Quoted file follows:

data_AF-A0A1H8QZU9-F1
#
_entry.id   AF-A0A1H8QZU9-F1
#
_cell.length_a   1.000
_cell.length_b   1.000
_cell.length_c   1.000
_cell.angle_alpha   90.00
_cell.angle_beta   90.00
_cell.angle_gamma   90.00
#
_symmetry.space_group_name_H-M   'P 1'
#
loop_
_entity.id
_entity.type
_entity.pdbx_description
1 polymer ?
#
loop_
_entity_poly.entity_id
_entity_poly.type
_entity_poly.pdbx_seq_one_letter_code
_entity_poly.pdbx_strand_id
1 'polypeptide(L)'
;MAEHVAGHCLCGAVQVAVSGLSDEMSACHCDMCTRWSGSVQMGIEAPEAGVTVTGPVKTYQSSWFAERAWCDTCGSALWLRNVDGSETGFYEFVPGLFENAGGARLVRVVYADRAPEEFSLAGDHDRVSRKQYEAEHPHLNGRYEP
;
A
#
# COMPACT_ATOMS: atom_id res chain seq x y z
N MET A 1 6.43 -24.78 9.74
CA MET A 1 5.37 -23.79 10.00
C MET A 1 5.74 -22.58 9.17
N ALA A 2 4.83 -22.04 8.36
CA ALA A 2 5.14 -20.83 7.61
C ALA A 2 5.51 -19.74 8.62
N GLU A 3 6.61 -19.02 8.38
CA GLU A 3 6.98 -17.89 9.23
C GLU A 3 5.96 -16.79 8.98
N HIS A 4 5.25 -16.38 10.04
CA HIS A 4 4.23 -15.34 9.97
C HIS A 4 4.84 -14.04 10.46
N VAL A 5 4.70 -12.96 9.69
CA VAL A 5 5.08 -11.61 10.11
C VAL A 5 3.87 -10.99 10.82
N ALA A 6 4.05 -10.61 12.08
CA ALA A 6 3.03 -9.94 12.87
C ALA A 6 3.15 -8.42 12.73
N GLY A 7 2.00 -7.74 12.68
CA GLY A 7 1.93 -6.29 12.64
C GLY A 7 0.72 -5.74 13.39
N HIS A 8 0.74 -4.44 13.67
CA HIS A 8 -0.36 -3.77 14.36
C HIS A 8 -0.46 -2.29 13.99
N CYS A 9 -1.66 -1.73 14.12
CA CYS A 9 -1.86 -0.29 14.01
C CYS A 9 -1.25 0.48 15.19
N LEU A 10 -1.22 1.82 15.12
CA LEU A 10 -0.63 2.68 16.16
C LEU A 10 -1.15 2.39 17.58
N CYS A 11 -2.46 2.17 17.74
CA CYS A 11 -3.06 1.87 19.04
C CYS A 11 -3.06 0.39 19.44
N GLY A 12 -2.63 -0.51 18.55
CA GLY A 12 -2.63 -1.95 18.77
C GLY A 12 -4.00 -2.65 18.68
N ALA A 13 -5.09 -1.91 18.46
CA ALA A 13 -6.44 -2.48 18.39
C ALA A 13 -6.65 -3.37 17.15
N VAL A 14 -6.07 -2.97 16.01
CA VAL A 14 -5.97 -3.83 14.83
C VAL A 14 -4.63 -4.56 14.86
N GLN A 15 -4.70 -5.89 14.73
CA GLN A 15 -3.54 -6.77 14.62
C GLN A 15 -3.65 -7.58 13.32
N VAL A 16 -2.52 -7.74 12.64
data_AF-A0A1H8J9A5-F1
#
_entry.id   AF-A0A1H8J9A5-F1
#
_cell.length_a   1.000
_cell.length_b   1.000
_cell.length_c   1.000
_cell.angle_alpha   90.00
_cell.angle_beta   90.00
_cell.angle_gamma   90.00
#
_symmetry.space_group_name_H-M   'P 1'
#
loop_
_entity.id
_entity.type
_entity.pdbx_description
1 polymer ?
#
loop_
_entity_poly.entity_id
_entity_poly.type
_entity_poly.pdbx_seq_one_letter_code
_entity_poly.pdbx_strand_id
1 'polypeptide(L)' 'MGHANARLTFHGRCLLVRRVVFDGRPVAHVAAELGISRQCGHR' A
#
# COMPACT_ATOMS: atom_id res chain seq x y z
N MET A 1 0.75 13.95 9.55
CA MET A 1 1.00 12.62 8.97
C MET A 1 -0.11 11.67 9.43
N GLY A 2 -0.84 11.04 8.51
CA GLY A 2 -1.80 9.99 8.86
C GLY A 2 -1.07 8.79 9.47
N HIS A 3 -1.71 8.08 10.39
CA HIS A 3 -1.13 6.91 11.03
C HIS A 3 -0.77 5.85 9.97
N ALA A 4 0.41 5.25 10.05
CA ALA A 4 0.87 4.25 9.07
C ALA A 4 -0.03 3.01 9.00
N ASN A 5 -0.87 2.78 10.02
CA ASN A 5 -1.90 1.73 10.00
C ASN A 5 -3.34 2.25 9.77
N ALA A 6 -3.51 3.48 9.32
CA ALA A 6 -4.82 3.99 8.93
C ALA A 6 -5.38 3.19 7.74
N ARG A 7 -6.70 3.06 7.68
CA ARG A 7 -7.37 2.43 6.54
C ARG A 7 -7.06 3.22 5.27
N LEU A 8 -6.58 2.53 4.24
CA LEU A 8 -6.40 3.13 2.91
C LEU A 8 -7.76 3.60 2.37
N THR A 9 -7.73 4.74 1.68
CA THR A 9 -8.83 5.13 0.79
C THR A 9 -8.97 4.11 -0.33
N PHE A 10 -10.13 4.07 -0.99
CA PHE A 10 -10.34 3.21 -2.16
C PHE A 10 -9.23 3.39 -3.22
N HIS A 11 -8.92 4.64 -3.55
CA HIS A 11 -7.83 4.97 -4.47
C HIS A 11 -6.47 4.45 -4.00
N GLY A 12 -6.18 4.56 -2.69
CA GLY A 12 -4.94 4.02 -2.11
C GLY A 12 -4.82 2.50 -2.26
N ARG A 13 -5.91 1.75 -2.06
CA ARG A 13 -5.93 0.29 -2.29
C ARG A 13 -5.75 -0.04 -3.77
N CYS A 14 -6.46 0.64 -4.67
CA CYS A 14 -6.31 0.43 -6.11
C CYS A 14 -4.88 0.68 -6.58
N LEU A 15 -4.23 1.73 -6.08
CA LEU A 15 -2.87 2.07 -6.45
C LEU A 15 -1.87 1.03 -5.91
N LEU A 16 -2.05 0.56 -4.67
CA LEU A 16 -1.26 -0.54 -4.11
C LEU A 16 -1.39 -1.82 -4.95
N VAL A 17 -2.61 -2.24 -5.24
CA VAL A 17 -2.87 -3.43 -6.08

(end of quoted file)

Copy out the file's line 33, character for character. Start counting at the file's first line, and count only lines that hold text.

C MET A 1 5.74 -22.58 9.17